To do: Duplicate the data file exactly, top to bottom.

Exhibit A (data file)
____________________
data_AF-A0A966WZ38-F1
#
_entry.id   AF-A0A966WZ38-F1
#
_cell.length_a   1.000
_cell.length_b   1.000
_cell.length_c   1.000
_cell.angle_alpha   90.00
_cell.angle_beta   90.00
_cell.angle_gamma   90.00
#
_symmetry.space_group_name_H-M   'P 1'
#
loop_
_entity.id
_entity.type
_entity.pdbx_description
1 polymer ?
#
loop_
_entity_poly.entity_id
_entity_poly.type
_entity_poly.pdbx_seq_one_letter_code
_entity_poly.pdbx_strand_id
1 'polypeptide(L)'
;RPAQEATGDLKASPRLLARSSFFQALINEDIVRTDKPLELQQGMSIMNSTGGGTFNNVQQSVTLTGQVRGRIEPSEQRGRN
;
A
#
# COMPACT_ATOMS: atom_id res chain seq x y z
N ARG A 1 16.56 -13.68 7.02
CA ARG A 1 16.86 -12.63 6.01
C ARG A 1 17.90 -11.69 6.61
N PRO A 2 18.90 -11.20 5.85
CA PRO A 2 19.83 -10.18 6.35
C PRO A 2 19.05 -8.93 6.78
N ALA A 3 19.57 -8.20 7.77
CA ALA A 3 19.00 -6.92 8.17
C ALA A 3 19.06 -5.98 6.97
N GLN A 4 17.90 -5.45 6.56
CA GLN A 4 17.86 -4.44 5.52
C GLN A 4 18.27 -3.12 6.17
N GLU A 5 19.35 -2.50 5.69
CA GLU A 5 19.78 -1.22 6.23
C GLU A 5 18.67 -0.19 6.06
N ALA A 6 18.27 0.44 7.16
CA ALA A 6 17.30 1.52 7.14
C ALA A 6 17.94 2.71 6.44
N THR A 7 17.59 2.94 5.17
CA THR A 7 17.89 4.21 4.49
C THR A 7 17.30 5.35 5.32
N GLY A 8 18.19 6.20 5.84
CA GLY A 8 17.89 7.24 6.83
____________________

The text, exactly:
data_AF-A0A966WZ38-F1
#
_entry.id   AF-A0A966WZ38-F1
#
_cell.length_a   1.000
_cell.length_b   1.000
_cell.length_c   1.000
_cell.angle_alpha   90.00
_cell.angle_beta   90.00
_cell.angle_gamma   90.00
#
_symmetry.space_group_name_H-M   'P 1'
#
loop_
_entity.id
_entity.type
_entity.pdbx_description
1 polymer ?
#
loop_
_entity_poly.entity_id
_entity_poly.type
_entity_poly.pdbx_seq_one_letter_code
_entity_poly.pdbx_strand_id
1 'polypeptide(L)'
;RPAQEATGDLKASPRLLARSSFFQALINEDIVRTDKPLELQQGMSIMNSTGGGTFNNVQQSVTLTGQVRGRIEPSEQRGRN
;
A
#
# COMPACT_ATOMS: atom_id res chain seq x y z
N ARG A 1 16.56 -13.68 7.02
CA ARG A 1 16.86 -12.63 6.01
C ARG A 1 17.90 -11.69 6.61
N PRO A 2 18.90 -11.20 5.85
CA PRO A 2 19.83 -10.18 6.35
C PRO A 2 19.05 -8.93 6.78
N ALA A 3 19.57 -8.20 7.77
CA ALA A 3 19.00 -6.92 8.17
C ALA A 3 19.06 -5.98 6.97
N GLN A 4 17.90 -5.45 6.56
CA GLN A 4 17.86 -4.44 5.52
C GLN A 4 18.27 -3.12 6.17
N GLU A 5 19.35 -2.50 5.69
CA GLU A 5 19.78 -1.22 6.23
C GLU A 5 18.67 -0.19 6.06
N ALA A 6 18.27 0.44 7.16
CA ALA A 6 17.30 1.52 7.14
C ALA A 6 17.94 2.71 6.44
N THR A 7 17.59 2.94 5.17
CA THR A 7 17.89 4.21 4.49
C THR A 7 17.30 5.35 5.32
N GLY A 8 18.19 6.20 5.84
CA GLY A 8 17.89 7.24 6.83